Michelle Obama Says She and Barack ‘Can’t Get a Word in’ with Sasha and Malia: ‘We Like It Like That’
Michelle Obama says she and former President Barack Obama have been happily getting an earful from daughters Sasha and Malia.
Speaking with Good Morning America's Robin Roberts on Wednesday, the former first lady shared her thoughts on future generations of young Americans, whom she has often described in inspiring terms — starting with her own kids.
"If you sit around the dinner table, me and Barack, we can't get a word in edgewise and we like it like that," said Mrs. Obama, 57. "We want to hear their thoughts and their opinions, and that's where it begins."
"I always have wanted them to start practicing the power of their voices very early on" and that "what I hope they learn is that who they are right now is enough," she said of her girls.
In a Mother's Day essay for PEOPLE in 2019, Mrs. Obama reflected on her own mother's parenting and the lessons she wanted to impart as a mom herself.
"It's up to us, as mothers and mother-figures, to give the girls in our lives the kind of support that keeps their flame lit and lifts up their voices — not necessarily with our own words, but by letting them find the words themselves," she wrote then.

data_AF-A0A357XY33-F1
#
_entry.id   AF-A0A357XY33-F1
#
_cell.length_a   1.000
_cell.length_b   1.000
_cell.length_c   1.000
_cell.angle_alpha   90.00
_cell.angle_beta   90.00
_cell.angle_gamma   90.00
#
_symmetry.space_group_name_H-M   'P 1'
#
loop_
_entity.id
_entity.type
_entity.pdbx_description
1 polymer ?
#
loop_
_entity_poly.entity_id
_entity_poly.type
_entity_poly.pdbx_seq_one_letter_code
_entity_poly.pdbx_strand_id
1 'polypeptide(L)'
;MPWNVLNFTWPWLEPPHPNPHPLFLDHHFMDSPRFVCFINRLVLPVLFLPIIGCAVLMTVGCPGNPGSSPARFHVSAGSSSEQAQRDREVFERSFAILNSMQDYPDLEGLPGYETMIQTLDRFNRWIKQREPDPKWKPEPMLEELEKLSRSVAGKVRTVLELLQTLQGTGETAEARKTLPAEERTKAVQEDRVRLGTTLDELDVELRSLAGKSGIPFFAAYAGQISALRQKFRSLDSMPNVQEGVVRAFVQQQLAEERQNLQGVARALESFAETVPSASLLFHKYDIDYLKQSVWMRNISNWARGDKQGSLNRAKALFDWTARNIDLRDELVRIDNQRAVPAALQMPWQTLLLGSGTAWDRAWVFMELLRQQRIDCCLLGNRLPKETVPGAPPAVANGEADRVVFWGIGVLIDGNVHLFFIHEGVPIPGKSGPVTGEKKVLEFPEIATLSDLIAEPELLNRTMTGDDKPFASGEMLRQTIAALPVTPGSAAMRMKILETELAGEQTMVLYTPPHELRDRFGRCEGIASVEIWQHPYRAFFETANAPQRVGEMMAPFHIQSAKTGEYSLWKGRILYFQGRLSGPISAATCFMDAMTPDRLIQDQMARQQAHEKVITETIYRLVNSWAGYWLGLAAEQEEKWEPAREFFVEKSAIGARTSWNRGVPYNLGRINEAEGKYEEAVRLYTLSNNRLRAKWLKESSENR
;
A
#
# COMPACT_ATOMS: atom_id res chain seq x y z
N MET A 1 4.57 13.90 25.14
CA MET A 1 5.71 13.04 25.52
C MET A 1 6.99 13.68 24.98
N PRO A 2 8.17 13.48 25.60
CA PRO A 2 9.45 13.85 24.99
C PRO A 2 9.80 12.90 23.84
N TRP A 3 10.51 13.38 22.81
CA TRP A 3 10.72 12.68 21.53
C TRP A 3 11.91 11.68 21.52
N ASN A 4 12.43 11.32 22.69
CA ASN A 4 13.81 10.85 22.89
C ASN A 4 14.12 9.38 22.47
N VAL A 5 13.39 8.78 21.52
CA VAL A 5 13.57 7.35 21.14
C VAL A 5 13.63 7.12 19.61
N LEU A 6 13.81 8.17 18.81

In an interview in November, President Obama told PEOPLE he "could not have been prouder" of Sasha, 19, and Malia, 22, who had participated in protests against racial injustice and police brutality last summer.
Noting the young organizers who led the demonstrations following the killing of George Floyd, the former first lady told GMA on Wednesday that what gives her "even more hope is what happened at the polls in November," referring to the election.
"We gotta march, we gotta protest and we have to vote," she said. "We have to be educated and we have to be informed. Young people are starting to put those pieces together and understand that it's not either-or — it's all of it."
The Obamas have long made clear their focus is on making way for future generations.
"They are our hope," the former first lady told Roberts on Wednesday. "They are not jaded yet. They are not beaten down by what they're supposed to be. They are still wide open."
That's a theme of her bestselling memoir, Becoming, she said.
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